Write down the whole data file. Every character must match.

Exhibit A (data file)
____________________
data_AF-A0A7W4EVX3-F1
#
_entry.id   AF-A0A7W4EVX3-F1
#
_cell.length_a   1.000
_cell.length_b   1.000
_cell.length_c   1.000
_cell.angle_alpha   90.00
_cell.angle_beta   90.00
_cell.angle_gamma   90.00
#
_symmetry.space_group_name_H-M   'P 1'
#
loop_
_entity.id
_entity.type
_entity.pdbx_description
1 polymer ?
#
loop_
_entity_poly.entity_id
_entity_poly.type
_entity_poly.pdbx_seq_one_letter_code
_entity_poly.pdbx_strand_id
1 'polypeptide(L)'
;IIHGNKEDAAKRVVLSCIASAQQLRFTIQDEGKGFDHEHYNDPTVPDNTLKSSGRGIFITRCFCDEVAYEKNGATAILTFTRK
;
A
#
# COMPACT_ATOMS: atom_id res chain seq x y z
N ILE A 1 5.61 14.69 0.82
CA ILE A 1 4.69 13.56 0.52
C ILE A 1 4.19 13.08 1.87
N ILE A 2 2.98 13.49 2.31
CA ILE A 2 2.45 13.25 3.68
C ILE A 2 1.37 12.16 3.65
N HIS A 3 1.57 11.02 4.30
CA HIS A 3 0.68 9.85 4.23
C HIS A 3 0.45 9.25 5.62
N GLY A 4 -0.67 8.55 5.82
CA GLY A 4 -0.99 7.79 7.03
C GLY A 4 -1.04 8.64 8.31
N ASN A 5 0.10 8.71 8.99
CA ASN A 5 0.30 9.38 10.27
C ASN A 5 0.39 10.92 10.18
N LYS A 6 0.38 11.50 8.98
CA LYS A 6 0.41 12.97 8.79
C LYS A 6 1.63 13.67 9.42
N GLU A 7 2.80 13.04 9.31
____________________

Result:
data_AF-A0A7W4EVX3-F1
#
_entry.id   AF-A0A7W4EVX3-F1
#
_cell.length_a   1.000
_cell.length_b   1.000
_cell.length_c   1.000
_cell.angle_alpha   90.00
_cell.angle_beta   90.00
_cell.angle_gamma   90.00
#
_symmetry.space_group_name_H-M   'P 1'
#
loop_
_entity.id
_entity.type
_entity.pdbx_description
1 polymer ?
#
loop_
_entity_poly.entity_id
_entity_poly.type
_entity_poly.pdbx_seq_one_letter_code
_entity_poly.pdbx_strand_id
1 'polypeptide(L)'
;IIHGNKEDAAKRVVLSCIASAQQLRFTIQDEGKGFDHEHYNDPTVPDNTLKSSGRGIFITRCFCDEVAYEKNGATAILTFTRK
;
A
#
# COMPACT_ATOMS: atom_id res chain seq x y z
N ILE A 1 5.61 14.69 0.82
CA ILE A 1 4.69 13.56 0.52
C ILE A 1 4.19 13.08 1.87
N ILE A 2 2.98 13.49 2.31
CA ILE A 2 2.45 13.25 3.68
C ILE A 2 1.37 12.16 3.65
N HIS A 3 1.57 11.02 4.30
CA HIS A 3 0.68 9.85 4.23
C HIS A 3 0.45 9.25 5.62
N GLY A 4 -0.67 8.55 5.82
CA GLY A 4 -0.99 7.79 7.03
C GLY A 4 -1.04 8.64 8.31
N ASN A 5 0.10 8.71 8.99
CA ASN A 5 0.30 9.38 10.27
C ASN A 5 0.39 10.92 10.18
N LYS A 6 0.38 11.50 8.98
CA LYS A 6 0.41 12.97 8.79
C LYS A 6 1.63 13.67 9.42
N GLU A 7 2.80 13.04 9.31